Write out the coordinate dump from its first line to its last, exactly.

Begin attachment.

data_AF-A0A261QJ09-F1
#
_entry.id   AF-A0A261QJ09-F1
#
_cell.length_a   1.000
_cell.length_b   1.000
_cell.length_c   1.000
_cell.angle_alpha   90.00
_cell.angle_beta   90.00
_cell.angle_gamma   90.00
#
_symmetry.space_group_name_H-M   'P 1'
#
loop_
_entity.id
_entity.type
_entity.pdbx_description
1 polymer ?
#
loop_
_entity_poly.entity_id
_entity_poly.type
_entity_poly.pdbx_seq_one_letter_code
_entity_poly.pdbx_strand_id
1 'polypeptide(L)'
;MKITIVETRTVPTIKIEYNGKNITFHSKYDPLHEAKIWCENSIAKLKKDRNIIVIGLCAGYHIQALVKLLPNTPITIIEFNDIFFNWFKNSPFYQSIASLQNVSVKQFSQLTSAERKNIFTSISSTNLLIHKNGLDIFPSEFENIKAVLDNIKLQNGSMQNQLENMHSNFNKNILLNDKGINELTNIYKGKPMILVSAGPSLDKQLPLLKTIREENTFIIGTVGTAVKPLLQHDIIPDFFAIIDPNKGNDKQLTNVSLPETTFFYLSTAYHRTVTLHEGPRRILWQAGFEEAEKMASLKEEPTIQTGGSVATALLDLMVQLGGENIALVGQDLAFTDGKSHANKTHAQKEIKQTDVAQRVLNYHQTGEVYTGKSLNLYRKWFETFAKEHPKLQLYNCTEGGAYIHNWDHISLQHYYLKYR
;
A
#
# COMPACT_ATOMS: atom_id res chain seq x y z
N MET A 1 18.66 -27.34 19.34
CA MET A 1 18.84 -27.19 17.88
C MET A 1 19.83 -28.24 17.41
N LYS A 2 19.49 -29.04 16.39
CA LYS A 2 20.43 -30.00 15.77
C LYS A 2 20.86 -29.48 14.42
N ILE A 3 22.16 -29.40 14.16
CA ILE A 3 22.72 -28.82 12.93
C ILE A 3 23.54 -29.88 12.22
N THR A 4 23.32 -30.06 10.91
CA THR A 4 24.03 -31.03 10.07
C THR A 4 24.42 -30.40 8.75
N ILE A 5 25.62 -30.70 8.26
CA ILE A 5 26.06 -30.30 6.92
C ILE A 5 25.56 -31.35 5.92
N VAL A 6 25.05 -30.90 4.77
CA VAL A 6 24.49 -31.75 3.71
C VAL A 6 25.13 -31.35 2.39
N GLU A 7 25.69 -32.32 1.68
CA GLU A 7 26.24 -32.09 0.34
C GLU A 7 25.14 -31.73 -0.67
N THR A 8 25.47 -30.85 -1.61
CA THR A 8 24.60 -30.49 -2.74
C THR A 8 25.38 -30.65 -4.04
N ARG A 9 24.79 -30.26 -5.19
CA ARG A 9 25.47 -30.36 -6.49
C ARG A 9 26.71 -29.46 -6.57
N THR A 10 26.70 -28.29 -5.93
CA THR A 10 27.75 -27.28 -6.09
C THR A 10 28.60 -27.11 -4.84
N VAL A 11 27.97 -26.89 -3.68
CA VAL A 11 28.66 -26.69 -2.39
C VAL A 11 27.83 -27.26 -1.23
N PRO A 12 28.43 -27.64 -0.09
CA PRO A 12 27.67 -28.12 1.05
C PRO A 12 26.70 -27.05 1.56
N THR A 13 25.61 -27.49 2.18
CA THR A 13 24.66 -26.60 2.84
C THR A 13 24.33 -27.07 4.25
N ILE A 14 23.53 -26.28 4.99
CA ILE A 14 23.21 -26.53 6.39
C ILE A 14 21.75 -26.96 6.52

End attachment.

data_AF-A0A261QJ09-F1
#
_entry.id   AF-A0A261QJ09-F1
#
_cell.length_a   1.000
_cell.length_b   1.000
_cell.length_c   1.000
_cell.angle_alpha   90.00
_cell.angle_beta   90.00
_cell.angle_gamma   90.00
#
_symmetry.space_group_name_H-M   'P 1'
#
loop_
_entity.id
_entity.type
_entity.pdbx_description
1 polymer ?
#
loop_
_entity_poly.entity_id
_entity_poly.type
_entity_poly.pdbx_seq_one_letter_code
_entity_poly.pdbx_strand_id
1 'polypeptide(L)'
;MKITIVETRTVPTIKIEYNGKNITFHSKYDPLHEAKIWCENSIAKLKKDRNIIVIGLCAGYHIQALVKLLPNTPITIIEFNDIFFNWFKNSPFYQSIASLQNVSVKQFSQLTSAERKNIFTSISSTNLLIHKNGLDIFPSEFENIKAVLDNIKLQNGSMQNQLENMHSNFNKNILLNDKGINELTNIYKGKPMILVSAGPSLDKQLPLLKTIREENTFIIGTVGTAVKPLLQHDIIPDFFAIIDPNKGNDKQLTNVSLPETTFFYLSTAYHRTVTLHEGPRRILWQAGFEEAEKMASLKEEPTIQTGGSVATALLDLMVQLGGENIALVGQDLAFTDGKSHANKTHAQKEIKQTDVAQRVLNYHQTGEVYTGKSLNLYRKWFETFAKEHPKLQLYNCTEGGAYIHNWDHISLQHYYLKYR
;
A
#
# COMPACT_ATOMS: atom_id res chain seq x y z
N MET A 1 18.66 -27.34 19.34
CA MET A 1 18.84 -27.19 17.88
C MET A 1 19.83 -28.24 17.41
N LYS A 2 19.49 -29.04 16.39
CA LYS A 2 20.43 -30.00 15.77
C LYS A 2 20.86 -29.48 14.42
N ILE A 3 22.16 -29.40 14.16
CA ILE A 3 22.72 -28.82 12.93
C ILE A 3 23.54 -29.88 12.22
N THR A 4 23.32 -30.06 10.91
CA THR A 4 24.03 -31.03 10.07
C THR A 4 24.42 -30.40 8.75
N ILE A 5 25.62 -30.70 8.26
CA ILE A 5 26.06 -30.30 6.92
C ILE A 5 25.56 -31.35 5.92
N VAL A 6 25.05 -30.90 4.77
CA VAL A 6 24.49 -31.75 3.71
C VAL A 6 25.13 -31.35 2.39
N GLU A 7 25.69 -32.32 1.68
CA GLU A 7 26.24 -32.09 0.34
C GLU A 7 25.14 -31.73 -0.67
N THR A 8 25.47 -30.85 -1.61
CA THR A 8 24.60 -30.49 -2.74
C THR A 8 25.38 -30.65 -4.04
N ARG A 9 24.79 -30.26 -5.19
CA ARG A 9 25.47 -30.36 -6.49
C ARG A 9 26.71 -29.46 -6.57
N THR A 10 26.70 -28.29 -5.93
CA THR A 10 27.75 -27.28 -6.09
C THR A 10 28.60 -27.11 -4.84
N VAL A 11 27.97 -26.89 -3.68
CA VAL A 11 28.66 -26.69 -2.39
C VAL A 11 27.83 -27.26 -1.23
N PRO A 12 28.43 -27.64 -0.09
CA PRO A 12 27.67 -28.12 1.05
C PRO A 12 26.70 -27.05 1.56
N THR A 13 25.61 -27.49 2.18
CA THR A 13 24.66 -26.60 2.84
C THR A 13 24.33 -27.07 4.25
N ILE A 14 23.53 -26.28 4.99
CA ILE A 14 23.21 -26.53 6.39
C ILE A 14 21.75 -26.96 6.52